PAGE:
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Vancouver to San Francisco in September - Further Comment

By doina — last modified Mar 02, 2009 09:00 AM

Published: 2009-03-02 09:00:25
Topics: Pacific Ocean East
Countries: Canada , USA

We plan to sail from Victoria to San Francisco in mid/late September 08. We would choose to go 50-100 mi offshore. We have a Hanse401 and a reduced (mom & dad) crew with limited offshore experience. Any advice on the weather or other concerns at that time of year.

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Late August or early September is still ok to head south, but you need to keep an eye on the weather. You are absolutely right to go immediately offshore and stay in deep water.

What concerns me is the comment that your crew has limited offshore experience. How limited is... limited? Under good weather conditions this should be an easy trip but what concerns me is that if the weather deteriorates and you are under pressure from your crew to run for shelter, most ports along that coast are dangerous to enter and you may be much safer staying offshore... but, as I said, your crew may not like that option. What then?

Jimmy Cornell, noonsite

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From: "Amgine"
Date: Sat, February 28, 2009 11:17 pm

I've been planning this passage for some time, and have spoken with a couple dozen crews, including commercial crews and yacht delivery, who have done it as well as examined logs and gps tracks.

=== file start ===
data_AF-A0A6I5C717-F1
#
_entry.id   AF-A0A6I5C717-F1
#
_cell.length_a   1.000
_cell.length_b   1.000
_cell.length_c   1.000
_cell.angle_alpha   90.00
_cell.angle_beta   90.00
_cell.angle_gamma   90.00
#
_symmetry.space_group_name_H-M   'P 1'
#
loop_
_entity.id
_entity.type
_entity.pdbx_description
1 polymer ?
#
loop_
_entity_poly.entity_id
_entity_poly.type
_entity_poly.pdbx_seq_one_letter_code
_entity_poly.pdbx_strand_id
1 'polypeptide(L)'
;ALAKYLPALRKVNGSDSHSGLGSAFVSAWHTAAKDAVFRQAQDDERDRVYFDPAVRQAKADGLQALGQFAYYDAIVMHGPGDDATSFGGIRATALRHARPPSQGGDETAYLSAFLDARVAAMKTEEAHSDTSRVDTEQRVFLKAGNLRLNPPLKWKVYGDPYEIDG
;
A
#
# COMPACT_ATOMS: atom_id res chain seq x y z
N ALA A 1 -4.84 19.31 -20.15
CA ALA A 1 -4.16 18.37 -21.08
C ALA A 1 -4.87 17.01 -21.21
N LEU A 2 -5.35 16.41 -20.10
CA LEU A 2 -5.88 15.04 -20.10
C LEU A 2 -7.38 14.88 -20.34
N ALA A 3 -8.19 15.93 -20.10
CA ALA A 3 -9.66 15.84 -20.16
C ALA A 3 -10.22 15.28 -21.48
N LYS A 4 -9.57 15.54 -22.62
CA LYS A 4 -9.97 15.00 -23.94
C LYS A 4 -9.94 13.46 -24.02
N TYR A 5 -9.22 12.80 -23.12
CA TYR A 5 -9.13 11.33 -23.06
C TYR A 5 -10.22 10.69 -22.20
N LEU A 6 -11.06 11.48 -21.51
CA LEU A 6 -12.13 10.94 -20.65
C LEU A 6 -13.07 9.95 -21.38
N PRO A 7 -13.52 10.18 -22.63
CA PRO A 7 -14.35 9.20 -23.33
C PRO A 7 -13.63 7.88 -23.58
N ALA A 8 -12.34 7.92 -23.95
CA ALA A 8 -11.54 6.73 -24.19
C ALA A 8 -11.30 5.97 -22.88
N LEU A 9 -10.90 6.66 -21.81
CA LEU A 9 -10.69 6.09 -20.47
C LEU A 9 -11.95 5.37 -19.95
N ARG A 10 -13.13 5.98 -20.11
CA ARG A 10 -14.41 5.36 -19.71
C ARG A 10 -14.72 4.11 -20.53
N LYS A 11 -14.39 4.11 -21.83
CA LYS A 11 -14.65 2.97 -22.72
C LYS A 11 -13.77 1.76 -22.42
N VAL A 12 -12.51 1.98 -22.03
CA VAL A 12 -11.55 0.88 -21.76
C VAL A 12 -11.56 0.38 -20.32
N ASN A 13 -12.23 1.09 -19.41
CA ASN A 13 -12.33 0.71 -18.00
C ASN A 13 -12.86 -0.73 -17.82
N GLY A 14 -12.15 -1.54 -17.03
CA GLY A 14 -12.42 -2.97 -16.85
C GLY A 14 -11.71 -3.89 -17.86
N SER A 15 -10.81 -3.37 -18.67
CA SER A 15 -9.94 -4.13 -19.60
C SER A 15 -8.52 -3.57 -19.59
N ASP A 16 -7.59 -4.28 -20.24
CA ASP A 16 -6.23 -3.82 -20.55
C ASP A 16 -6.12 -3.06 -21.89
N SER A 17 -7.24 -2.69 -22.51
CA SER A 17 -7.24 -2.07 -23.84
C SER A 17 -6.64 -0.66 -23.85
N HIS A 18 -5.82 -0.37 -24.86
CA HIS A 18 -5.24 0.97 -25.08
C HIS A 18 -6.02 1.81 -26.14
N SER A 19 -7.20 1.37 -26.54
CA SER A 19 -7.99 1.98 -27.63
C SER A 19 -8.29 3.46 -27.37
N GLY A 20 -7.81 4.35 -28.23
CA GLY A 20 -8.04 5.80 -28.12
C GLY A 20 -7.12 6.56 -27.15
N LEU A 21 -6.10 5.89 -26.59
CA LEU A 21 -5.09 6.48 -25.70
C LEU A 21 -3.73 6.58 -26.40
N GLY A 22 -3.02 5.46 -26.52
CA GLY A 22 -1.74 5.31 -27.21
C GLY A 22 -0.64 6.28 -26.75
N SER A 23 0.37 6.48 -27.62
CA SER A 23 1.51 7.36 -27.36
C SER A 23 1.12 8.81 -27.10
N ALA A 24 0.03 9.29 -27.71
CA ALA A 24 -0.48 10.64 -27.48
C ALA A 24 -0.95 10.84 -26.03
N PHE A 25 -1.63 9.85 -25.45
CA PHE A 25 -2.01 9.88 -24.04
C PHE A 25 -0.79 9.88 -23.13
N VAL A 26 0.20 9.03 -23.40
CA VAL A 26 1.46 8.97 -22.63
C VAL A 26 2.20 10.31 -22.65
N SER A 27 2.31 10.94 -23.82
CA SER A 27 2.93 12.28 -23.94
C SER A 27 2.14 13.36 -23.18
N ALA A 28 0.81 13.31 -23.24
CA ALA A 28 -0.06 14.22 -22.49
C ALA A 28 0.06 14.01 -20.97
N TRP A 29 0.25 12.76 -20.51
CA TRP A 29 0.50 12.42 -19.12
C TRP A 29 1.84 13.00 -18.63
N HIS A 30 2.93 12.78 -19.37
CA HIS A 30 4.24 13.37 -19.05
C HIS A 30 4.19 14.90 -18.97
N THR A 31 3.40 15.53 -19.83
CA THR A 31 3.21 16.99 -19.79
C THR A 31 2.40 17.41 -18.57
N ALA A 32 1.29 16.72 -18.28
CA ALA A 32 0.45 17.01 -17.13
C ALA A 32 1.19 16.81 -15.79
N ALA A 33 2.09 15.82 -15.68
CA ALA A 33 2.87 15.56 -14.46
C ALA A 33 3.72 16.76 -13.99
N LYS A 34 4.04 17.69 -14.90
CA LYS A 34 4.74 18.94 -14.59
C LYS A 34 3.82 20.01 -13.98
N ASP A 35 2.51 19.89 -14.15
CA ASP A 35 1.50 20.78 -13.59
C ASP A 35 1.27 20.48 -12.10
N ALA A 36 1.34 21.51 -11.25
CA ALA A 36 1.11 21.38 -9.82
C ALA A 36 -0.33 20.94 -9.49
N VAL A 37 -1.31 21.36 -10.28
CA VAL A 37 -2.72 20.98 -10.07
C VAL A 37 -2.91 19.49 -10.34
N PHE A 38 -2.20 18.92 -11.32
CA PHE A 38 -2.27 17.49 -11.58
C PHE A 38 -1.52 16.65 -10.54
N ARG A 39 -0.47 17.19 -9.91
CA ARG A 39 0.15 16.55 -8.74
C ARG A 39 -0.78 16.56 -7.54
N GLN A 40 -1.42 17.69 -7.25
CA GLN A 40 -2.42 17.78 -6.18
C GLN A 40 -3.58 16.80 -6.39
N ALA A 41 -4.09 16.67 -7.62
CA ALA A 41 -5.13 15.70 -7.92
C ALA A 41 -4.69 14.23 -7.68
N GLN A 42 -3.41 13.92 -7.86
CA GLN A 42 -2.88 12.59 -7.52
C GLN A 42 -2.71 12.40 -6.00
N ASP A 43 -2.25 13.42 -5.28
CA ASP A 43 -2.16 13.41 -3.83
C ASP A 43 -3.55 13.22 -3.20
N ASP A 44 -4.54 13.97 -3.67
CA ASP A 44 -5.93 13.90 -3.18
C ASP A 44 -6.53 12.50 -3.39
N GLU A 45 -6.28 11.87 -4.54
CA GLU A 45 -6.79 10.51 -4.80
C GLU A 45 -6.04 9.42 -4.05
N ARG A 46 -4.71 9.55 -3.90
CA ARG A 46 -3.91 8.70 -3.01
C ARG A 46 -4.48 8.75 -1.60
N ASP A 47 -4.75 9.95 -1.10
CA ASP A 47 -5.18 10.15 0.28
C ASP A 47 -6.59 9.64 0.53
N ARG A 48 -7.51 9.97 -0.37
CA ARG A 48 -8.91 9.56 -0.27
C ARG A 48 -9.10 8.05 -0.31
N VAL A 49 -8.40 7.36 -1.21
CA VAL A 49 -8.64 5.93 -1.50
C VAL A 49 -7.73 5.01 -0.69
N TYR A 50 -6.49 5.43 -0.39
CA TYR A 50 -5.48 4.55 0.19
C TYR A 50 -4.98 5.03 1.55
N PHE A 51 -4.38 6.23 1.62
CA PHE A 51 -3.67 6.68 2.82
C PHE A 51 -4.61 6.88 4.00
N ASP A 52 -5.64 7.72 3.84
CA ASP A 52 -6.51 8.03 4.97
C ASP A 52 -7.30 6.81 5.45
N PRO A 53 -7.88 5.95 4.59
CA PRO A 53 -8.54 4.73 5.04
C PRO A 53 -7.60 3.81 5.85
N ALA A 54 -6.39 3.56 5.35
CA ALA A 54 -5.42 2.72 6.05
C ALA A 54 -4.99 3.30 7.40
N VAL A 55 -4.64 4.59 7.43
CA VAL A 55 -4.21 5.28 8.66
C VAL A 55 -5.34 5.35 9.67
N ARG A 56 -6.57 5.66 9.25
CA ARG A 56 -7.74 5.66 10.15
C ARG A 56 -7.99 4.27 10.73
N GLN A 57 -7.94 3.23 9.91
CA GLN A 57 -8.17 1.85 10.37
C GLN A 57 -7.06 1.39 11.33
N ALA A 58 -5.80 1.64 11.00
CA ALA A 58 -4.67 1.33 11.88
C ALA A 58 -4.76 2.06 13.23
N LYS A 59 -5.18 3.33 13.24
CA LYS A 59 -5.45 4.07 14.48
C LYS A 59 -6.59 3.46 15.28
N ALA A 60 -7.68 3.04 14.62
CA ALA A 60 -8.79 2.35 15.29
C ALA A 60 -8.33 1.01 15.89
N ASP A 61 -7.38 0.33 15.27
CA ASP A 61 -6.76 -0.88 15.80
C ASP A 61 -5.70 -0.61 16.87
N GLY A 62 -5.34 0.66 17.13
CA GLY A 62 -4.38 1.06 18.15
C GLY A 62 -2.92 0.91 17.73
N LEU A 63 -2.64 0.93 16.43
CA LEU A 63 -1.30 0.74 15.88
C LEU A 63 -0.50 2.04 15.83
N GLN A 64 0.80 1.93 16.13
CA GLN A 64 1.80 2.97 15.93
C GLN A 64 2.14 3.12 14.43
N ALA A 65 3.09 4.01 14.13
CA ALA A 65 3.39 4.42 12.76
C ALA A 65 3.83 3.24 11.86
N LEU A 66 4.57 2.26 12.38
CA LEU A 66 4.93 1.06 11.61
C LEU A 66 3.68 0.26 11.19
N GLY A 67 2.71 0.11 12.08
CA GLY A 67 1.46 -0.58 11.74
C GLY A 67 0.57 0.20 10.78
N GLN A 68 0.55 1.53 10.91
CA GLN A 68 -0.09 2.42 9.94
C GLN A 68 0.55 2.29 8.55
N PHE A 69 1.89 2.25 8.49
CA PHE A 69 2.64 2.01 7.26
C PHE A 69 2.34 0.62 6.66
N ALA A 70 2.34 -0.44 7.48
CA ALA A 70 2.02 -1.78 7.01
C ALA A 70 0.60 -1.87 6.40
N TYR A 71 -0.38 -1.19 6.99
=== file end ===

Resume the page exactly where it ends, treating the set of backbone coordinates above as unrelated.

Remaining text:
The fastest and most comfortable passages southbound appear to be moderately off shore - 20 to 50 nm - and not 50 to 100 nm. This moderate offing avoids the current back eddy along the state of Washington coast which sometimes forms in October, and gets the maximum benefit from the current. Although the wind does average a bit higher in this belt, the waves actually tend to be somewhat lower according to the NOAA daily observations.

Anecdotally, further off shore boats report more rain. One boat following a longitude southward reefed down leaving Cape Flattery and never set full sail until entering San Francisco, and made a very slow passage of 31 days.

In shore boats who sailed from port to port, waiting for clear weather windows to make day-long passages, reported the longest time en route. All of them were storm bound in ports at least once, and all took more than 30 days to make the voyage. One boat was trapped inside the Columbia River Bar for 2 weeks, and gave up going south to spend 2 months cruising up the river before returning north to Puget Sound and Seattle.

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